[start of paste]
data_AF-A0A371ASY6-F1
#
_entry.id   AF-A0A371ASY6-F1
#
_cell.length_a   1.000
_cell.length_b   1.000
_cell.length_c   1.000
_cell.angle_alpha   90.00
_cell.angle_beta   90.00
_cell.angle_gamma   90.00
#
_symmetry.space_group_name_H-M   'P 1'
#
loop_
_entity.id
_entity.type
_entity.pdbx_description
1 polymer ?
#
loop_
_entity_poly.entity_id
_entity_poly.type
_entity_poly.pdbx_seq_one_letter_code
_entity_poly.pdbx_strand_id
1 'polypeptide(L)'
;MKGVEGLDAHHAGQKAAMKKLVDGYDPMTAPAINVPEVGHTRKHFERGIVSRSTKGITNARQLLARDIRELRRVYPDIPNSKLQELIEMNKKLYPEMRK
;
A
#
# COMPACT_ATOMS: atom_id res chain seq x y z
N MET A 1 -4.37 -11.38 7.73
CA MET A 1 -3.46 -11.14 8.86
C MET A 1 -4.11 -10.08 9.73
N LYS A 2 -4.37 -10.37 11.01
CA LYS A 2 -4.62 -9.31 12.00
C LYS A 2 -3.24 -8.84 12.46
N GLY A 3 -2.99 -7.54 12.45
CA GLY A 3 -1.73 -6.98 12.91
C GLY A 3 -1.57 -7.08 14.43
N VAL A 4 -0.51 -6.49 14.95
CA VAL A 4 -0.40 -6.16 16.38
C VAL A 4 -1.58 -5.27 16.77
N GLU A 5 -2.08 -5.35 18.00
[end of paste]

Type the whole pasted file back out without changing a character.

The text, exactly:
data_AF-A0A371ASY6-F1
#
_entry.id   AF-A0A371ASY6-F1
#
_cell.length_a   1.000
_cell.length_b   1.000
_cell.length_c   1.000
_cell.angle_alpha   90.00
_cell.angle_beta   90.00
_cell.angle_gamma   90.00
#
_symmetry.space_group_name_H-M   'P 1'
#
loop_
_entity.id
_entity.type
_entity.pdbx_description
1 polymer ?
#
loop_
_entity_poly.entity_id
_entity_poly.type
_entity_poly.pdbx_seq_one_letter_code
_entity_poly.pdbx_strand_id
1 'polypeptide(L)'
;MKGVEGLDAHHAGQKAAMKKLVDGYDPMTAPAINVPEVGHTRKHFERGIVSRSTKGITNARQLLARDIRELRRVYPDIPNSKLQELIEMNKKLYPEMRK
;
A
#
# COMPACT_ATOMS: atom_id res chain seq x y z
N MET A 1 -4.37 -11.38 7.73
CA MET A 1 -3.46 -11.14 8.86
C MET A 1 -4.11 -10.08 9.73
N LYS A 2 -4.37 -10.37 11.01
CA LYS A 2 -4.62 -9.31 12.00
C LYS A 2 -3.24 -8.84 12.46
N GLY A 3 -2.99 -7.54 12.45
CA GLY A 3 -1.73 -6.98 12.91
C GLY A 3 -1.57 -7.08 14.43
N VAL A 4 -0.51 -6.49 14.95
CA VAL A 4 -0.40 -6.16 16.38
C VAL A 4 -1.58 -5.27 16.77
N GLU A 5 -2.08 -5.35 18.00